While teaching herself environmental law, since it didn’t exist when Sharon was a student, the university let her create and teach the module but the Dean strongly advised that “I should stick with European law since it is a bigger, more established field. How wrong they were!” says Sharon.
She quickly went from teaching 5 to 80 students in the third-year optional module. Sharon later pioneered the first specialized postgraduate degree on environmental law on the island of Ireland and one of the first in the UK.
In the meantime, the devolution of Northern Ireland was happening, and the first power-sharing government of Northern Ireland was established. The Northern Ireland Assembly was created. “They [Northern Ireland’s government] poured huge investment into building up their environmental policy capacity,” says Sharon. “Years of neglect had created chaos and exposed the UK to extensive liability due to poor implementation of EU environmental rules in Northern Ireland. Friends of the Earth had made extensive complaints to the European Commission about the situation and the new Northern Ireland government needed to act quickly to manage the situation.”
Since there was no one better qualified than her, Sharon was invited by the Department of the Environment to take a secondment to become their senior legal adviser on the environment, so she left Queen’s for 2 years to work for the new administration.
“Although several of my academic colleagues urged me not to take this opportunity as it could be a distraction at an important time in my career, our then Dean — Professor Stephen Livingstone — encouraged me to take up the opportunity and I have to say, those years as a government lawyer were amongst the most exciting and rewarding in my career.”
Stephen was later the same colleague who urged her to come back to Queen’s to write up and share her experiences, which she did for several years. But ultimately Sharon’s appetite for the world of action lured her out of the university again and so she left to join the NGO and later the philanthropic community to carry on working as a lawyer in the field of the environment. Sharon explains that “what first seemed like a big career risk, turned out to be a horizon broadening experience and the opening of a new chapter in my career journey”.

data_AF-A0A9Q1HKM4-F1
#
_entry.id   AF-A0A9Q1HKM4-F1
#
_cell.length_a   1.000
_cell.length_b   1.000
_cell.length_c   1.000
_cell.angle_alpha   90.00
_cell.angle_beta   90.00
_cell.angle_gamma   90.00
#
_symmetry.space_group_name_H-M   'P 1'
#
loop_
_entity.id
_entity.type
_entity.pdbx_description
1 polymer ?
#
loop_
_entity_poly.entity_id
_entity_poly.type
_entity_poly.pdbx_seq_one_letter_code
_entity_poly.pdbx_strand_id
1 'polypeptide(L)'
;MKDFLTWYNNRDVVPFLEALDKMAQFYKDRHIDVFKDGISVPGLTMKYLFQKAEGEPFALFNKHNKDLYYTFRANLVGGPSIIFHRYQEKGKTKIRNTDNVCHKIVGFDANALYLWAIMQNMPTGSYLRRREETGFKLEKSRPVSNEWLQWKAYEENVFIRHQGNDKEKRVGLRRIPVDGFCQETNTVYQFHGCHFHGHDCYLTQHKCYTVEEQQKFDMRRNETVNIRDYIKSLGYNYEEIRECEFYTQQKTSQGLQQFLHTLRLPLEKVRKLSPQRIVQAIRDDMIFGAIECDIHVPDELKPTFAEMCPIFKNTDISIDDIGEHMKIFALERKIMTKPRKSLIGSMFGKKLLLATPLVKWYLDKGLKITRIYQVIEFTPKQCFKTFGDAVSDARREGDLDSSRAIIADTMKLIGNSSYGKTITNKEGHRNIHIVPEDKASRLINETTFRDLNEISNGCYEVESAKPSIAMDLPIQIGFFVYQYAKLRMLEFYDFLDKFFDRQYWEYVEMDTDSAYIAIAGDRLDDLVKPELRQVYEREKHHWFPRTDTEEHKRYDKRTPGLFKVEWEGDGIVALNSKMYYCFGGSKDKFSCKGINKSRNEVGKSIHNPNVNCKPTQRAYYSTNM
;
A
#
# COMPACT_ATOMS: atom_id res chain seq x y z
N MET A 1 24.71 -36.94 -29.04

Our coffee is excellent. Sharon has a cappuccino, I sip my latte.
How should students see their careers? Sharon believes a career is a lifetime’s project, a series of chapters rather than something defined from the outset. Retaining a sense of openness while focusing on the current episode is important.
The first job you take will most likely define your focus for the next two years. But don’t feel it defines the rest of your career. See it as an experience or an experiment — try it on for size and don’t worry changing your job every two years until you find a fit that suits you. This is reassuring advice, especially because millennials are accused of being jumpers.
People who move roles quite frequently aren’t seen as undesirable by employers, particularly if you can explain those decisions at an interview. “How you tell your story is important”. In other words, it’s unlikely to impress if you just explain that you get bored quickly or you didn’t like the people at your previous role — but if you explain that you felt you were suited to a wide range of possible roles and wanted to experience a few of your top choices to understand the fit and the career path — that demonstrates you’re someone who takes their career seriously and has a strong sense of agency about finding the right role and employer for you.